Tucker was born and raised in Vancouver, British Columbia, where
she got a B.F.A. from the University of B.C. in 1987. Nightwood
Editions published her first book of poems, God
on His Haunches, in 1996. Since then she's completed two
more poetry manuscripts and a novel, all of which remain unpublished,
though their hobby is still going abroad, visiting many kind editors
who like them but have not yet asked any of them to stay. Diane
has a keenly understanding husband, two scandalously beautiful children
and a houndy mutt named Doxa.
You like the stars best:
once known, they stay the same.
Known in the way you love to know:
how far from one another.
walk back and forth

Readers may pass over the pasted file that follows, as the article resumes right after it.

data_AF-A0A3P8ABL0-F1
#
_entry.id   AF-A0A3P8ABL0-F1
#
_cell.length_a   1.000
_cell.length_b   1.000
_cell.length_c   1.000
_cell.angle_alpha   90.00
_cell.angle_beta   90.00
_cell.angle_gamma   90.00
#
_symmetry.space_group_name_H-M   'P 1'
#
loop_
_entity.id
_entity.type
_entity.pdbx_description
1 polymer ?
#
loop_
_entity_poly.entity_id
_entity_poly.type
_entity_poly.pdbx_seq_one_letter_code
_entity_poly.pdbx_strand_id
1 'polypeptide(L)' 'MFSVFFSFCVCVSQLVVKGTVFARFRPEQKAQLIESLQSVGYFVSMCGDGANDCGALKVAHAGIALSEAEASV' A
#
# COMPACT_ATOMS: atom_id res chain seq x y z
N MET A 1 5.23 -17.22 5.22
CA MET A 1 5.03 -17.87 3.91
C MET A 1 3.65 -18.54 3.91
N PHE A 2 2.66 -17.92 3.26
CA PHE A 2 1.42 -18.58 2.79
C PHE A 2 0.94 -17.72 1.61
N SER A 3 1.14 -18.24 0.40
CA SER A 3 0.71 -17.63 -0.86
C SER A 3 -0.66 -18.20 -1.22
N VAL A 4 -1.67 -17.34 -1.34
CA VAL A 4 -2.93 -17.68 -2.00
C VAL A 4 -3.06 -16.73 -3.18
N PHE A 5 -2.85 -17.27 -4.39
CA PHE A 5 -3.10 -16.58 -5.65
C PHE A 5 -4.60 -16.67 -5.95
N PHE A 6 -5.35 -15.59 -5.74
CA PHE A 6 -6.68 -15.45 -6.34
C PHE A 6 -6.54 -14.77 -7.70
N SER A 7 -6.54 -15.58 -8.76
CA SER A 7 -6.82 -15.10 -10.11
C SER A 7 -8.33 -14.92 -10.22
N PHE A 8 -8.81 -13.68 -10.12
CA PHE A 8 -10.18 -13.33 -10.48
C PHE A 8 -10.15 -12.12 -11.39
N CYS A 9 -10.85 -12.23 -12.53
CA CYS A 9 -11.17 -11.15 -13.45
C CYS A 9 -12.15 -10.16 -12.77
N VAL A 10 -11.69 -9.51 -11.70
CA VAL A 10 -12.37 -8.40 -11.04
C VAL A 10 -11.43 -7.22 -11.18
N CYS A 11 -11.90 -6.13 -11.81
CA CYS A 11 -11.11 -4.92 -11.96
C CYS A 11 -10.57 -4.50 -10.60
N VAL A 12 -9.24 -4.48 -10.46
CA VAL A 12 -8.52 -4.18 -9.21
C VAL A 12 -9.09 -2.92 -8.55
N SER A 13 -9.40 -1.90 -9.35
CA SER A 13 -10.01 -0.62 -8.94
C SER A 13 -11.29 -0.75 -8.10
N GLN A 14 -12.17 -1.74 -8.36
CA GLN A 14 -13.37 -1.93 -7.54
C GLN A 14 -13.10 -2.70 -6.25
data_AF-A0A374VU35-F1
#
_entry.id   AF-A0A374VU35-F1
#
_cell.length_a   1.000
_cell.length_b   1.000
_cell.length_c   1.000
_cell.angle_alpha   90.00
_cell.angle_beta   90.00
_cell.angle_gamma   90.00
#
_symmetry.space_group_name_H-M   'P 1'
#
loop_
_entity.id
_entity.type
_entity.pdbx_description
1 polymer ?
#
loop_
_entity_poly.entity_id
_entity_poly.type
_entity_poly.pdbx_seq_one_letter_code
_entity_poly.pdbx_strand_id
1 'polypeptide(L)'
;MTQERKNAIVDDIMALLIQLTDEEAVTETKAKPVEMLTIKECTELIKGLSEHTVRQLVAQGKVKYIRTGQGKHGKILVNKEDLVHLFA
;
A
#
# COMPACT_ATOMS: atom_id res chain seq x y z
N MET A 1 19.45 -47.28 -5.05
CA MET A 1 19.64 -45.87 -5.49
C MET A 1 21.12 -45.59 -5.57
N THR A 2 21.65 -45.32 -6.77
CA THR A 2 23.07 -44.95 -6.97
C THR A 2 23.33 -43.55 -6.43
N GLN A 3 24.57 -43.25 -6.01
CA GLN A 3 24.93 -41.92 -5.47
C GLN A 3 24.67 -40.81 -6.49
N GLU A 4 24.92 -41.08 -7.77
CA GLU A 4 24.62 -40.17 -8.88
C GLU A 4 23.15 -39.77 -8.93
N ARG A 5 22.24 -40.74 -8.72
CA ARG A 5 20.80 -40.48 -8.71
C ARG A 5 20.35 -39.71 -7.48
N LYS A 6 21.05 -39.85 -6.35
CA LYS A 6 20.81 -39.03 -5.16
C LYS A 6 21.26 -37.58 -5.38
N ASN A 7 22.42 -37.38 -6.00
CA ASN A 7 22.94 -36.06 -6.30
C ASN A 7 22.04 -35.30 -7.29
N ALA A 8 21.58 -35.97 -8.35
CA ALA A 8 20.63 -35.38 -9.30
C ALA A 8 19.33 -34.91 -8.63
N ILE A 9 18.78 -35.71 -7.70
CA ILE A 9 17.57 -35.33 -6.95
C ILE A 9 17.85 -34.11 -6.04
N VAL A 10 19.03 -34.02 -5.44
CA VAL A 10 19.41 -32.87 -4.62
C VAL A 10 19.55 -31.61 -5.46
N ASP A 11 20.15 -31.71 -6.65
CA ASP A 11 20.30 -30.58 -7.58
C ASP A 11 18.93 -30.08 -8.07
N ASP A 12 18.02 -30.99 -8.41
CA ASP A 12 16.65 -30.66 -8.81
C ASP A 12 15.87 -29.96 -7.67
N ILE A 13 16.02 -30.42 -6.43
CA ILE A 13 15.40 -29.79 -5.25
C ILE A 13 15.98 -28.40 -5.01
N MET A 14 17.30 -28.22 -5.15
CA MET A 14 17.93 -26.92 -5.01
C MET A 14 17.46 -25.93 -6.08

on the balcony, naming
as though introducing me
to some beloved relations:
"...my great aunt Cassiopeia,
cousins Castor and Pollux,
and Uncle Jupiter,
you must meet good old Jupiter."
just wish you
and this crazy, cold family
would go away.
Equally possible, of course—
you going away
and Sirius going out, like a ski-run light
on a distant mountainside, snapped off.
I may as well wish away
my own legs.
is why you like the stars:
they like you back.
This they prove by never moving,
staying where you can pin them
with your binoculars, match them to the chart,
be sure where they'll be tomorrow,
red and yellow and white, shimmering.
alone on the balcony,
I push out breath in noisy puffs
to see the dull pewter
reflect off my exhalations.
I prefer, I tell myself, to learn
the starfield tonight is all aloof,
full of closed faces, impenetrable.
The original cosmic clique.
one seems to sprout a tail,
etches a path over Saturn,
a fading, delicate arc,
then goes out.
I grip the balcony railing,
the thread of silver
a knifepoint across my heart.
says they move.
It says they fall.
if you watch
if you are faithful
the night may open.